Particularly, E. coli K-12 W3110 to be wild type (wt) corresponds to standard strain that can be genetically manipulated allowing a large range of applications, such as: (i) pharmaceutical, recombinants proteins, vaccines, and serums, (ii) genetic medicine, (iii) environmental, biomarkers and pollution-fighting, and (v) energetic, biodiesel, oils, and others. E. coli is able to metabolize a large variety of components (e.g., carbohydrates, proteins, amino acids, lipids, and organics acids), produce catalase, and also utilize a variety of sources (e.g., glucose, ammonia, and nitrogen). Besides, E. coli grows in large concentrations allowing fermentative processes of high yield [43].

Regarding parameters identifiability in E. coli, di Maggio et al. [40] used global sensitivity analysis proposed by Sobol’ [44] to determine the most influential parameters on the dynamics of the central carbon metabolism of this bacterium, based on the model proposed by Chassagnole et al. [2]. di Maggio et al. [40] concluded that twelve kinetic parameters were the most influential for the model predictions. These parameters represent maximum reaction rates, inhibition, and half-saturation constants. Their identification and later estimation provide the starting points for the manipulation of certain enzyme properties [40].

Large scale metabolic network of the glycolysis, the pentose-phosphate-pathway, and the phosphotransferase system of E. coli K-12 W3110 (Figure 4) [40] consists of a complex mathematical structure with 18 dynamic mass balance equations, (5) to (22) presented below, 7 additional algebraic equations, (A.1) to (A.7), and 30 kinetic rate expressions, (A.8) to (A.37) [2]. Some enzyme kinetics modifications were introduced by di Maggio et al. [40] as the kinetic expression for the activity of phosphofructokinase was taken from Ricci [45] (see (A.12)) and the activity of glucose-6-phosphate dehydrogenase was modeled by the expression proposed by Ratushny et al. [46] (see (A.13)).

Figure 4: Escherichia coli central carbon metabolism [2].

Mass Balances to the Substrate (See (5)) and Intracellular Metabolites (See (6)–(22))glucose: glc glucose-6-phosfato: g6p fructose-6-phosphate: f6p fructose-1,6-biphosphate: fdp glyceraldehyde-3-phosphate: gap dihydroxyacetonephosphate: dhap 1,3-diphosphoglycerate: pgp 3-phosphoglycerate: 3pg 2-phosphoglycerate: 2pg phosphoenolpyruvate: pep pyruvate: pyr 6-phosphogluconate: 6pg ribulose-5-phosphate: ribu5p xylulose-5-phosphate: xyl5p sedoheptulose-7-phosphate: sed7p ribose-5-phosphate: rib5p erythrose-4-phosphate: e4p glucose-1-phosphate: g1p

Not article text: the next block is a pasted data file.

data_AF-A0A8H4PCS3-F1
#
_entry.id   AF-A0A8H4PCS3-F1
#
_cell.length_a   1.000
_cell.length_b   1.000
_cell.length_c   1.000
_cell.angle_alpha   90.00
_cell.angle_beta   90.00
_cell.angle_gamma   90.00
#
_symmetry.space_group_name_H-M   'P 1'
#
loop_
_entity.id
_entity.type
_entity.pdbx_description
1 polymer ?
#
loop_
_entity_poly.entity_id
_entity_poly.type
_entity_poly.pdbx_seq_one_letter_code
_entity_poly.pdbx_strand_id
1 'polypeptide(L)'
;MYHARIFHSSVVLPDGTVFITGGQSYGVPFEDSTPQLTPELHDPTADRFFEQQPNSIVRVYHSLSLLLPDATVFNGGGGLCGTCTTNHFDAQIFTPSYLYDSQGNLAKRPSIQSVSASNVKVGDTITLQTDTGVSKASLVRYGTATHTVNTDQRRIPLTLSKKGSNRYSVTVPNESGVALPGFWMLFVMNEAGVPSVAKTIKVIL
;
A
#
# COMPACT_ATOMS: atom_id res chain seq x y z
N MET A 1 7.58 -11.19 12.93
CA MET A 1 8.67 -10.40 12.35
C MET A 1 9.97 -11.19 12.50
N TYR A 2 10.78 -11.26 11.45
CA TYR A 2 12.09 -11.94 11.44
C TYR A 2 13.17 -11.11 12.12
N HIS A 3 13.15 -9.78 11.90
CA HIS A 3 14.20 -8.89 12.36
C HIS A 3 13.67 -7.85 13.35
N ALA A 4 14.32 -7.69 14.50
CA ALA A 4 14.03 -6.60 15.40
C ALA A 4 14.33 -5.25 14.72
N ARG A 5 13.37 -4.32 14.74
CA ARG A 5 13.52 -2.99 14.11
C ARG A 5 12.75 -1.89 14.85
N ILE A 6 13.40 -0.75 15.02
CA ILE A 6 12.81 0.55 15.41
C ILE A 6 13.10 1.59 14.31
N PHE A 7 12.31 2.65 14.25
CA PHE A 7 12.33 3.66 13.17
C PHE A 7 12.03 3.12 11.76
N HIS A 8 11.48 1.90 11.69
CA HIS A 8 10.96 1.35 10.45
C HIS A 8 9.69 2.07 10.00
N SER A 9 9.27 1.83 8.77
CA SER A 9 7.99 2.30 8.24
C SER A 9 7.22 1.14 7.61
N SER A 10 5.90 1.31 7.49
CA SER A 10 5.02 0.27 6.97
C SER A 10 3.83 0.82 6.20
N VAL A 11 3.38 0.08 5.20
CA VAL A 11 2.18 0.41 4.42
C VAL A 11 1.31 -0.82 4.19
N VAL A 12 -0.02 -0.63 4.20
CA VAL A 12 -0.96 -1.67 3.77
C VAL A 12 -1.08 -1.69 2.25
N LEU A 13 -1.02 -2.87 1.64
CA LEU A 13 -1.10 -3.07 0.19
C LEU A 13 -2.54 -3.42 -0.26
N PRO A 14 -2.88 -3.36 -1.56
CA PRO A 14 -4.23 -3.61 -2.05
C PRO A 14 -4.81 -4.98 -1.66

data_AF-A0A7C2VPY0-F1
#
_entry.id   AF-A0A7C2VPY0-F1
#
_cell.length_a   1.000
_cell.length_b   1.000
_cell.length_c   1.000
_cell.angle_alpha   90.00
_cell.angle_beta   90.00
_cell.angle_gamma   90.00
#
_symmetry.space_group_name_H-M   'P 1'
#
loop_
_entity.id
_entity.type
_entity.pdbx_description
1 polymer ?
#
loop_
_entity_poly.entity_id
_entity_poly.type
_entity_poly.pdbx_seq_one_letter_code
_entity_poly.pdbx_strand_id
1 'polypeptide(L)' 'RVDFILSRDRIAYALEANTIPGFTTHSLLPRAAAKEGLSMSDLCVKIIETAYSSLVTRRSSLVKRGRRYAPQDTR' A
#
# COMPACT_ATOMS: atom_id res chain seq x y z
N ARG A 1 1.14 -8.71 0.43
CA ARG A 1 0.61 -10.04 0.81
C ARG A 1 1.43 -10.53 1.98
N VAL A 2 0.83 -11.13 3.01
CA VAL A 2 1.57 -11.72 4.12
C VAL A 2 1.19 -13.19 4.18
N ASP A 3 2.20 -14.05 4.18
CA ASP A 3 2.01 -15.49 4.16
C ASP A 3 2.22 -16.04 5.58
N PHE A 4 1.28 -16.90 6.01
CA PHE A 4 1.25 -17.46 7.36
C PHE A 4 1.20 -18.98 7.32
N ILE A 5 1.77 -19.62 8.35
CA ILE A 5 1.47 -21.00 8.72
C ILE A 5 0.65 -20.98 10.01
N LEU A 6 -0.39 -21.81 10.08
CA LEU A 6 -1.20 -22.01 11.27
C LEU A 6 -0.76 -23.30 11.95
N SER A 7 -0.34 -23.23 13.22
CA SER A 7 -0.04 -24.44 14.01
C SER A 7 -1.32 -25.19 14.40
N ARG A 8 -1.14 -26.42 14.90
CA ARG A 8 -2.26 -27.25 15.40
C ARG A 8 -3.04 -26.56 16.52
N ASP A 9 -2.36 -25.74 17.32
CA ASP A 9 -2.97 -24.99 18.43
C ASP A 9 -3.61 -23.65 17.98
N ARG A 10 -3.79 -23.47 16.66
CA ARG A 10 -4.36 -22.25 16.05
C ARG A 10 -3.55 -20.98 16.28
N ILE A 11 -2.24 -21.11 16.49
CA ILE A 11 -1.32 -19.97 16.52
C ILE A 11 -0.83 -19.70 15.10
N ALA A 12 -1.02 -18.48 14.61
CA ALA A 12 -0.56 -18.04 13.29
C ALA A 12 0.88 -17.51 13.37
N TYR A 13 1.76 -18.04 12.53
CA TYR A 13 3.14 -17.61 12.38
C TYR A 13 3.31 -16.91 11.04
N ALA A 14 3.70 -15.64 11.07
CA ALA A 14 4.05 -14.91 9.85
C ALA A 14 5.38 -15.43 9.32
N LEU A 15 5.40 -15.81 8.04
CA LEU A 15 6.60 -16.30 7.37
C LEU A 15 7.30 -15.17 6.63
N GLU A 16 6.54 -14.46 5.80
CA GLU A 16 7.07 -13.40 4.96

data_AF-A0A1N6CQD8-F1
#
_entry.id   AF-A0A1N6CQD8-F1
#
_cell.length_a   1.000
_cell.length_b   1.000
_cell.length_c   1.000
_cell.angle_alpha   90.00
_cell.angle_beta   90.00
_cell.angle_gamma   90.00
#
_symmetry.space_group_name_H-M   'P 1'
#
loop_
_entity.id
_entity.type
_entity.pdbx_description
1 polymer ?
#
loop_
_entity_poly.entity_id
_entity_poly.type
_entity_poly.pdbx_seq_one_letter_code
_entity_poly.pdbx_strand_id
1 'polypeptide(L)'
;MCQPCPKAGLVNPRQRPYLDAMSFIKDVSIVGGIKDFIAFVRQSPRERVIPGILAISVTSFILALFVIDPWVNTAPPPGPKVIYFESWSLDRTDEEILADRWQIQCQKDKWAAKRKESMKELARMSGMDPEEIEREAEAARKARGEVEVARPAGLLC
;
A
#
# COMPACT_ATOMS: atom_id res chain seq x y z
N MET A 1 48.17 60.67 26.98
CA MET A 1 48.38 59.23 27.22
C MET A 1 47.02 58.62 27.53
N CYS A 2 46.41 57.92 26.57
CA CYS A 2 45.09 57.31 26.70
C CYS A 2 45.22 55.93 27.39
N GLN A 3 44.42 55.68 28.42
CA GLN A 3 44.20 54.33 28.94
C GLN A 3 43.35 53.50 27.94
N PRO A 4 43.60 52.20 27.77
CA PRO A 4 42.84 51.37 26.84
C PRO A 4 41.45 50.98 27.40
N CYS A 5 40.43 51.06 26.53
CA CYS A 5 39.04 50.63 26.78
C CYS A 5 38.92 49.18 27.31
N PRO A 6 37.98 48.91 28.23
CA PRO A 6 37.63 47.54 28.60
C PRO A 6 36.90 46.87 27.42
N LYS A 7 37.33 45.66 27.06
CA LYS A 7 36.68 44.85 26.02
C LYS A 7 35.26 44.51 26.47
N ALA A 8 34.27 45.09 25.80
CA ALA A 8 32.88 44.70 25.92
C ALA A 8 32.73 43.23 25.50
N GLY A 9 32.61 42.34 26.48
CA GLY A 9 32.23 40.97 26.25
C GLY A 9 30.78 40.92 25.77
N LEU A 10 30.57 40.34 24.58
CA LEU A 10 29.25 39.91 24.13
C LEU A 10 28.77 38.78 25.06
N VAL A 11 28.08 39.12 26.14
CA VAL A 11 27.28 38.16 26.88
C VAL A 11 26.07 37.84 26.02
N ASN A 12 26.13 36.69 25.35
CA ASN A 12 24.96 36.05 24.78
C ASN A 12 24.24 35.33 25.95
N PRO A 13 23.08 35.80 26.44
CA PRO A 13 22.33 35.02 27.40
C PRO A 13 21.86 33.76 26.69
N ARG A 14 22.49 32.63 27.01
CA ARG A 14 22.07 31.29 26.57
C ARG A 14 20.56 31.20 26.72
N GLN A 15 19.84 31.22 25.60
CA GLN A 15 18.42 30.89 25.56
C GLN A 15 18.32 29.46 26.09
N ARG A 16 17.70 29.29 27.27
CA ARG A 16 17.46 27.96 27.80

As usual, the values of initial estimates used here were found in the literature [40]. Experimental data employed in this work were obtained in Hoque et al. [43] throughout a time horizon of 300 seconds. Temporal profiles for glucose (glc), dihydroxyacetonephosphate (dhap), erythrose-4-phosphate (e4p), pyruvate (pyr), fructose-1,6-diphosphate (fdp), ribose-5-phosphate (rib5p), ribulose-5-phosphate (ribu5p), 2-phosphoglycerate (2pg), phosphoenolpyruvate (pep), glyceraldehyde-3-phosphate (gap), glucose-6-phosphate (g6p), fructose-6-phosphate (f6p), and 6-phosphogluconate (6pg) were used for parameters identifiability.

As a previous analysis, the collinearity angle among sensitivity vectors for all parameters of the model were calculated, and the frequency of each angle interval is shown in Figure 5. The results indicate high frequency of parameters pars linearly independents (collinearity angles values approximately 90°), in this way Table 1 presents few parameters pars with critical collinearity angles values that do not expect to be selected until a first successfully performed selection.

Table 1: Parameters pars of the E. coli K-12 W3110 metabolic networks with critical collinearity angles values.
Figure 5: Collinearity angles among sensitivity vectors and for all parameters of the E. coli K-12 W3110 metabolic networks.

Fifty eight parameters have been identified, together with five initial conditions of metabolites concentrations which were not known from experimental data (, , , , and ). In metabolic networks, the initial conditions of intracellular metabolites are very important. It is not recommended to keep initial conditions of unknown metabolites at zero, because numerical problems in model integration can occur or predicted values can become unreliable. In such situations, the initial concentrations of unknown metabolites must be estimated together with the parameters. In order to obtain a first initial estimates of nonmeasured intracellular metabolites, the following procedures were employed in this paper: (i) initially, keep the initial concentrations of nonmeasured intracellular metabolites at zero and simulate the model until next integration point (first numerical integration step must be small), and (ii) take the calculated values for the nonmeasured intracellular metabolites concentrations as initial conditions; the information obtained in (ii) is given as initial estimates of concentrations of nonmeasured intracellular metabolites in the identifiability procedure.

Numerical results for the proposed procedure are presented in Figure 6 and Table 2, comparing the model simulation with initial parameters estimates from the literature [40] and reestimated parameters according to the intensive parameters evaluation.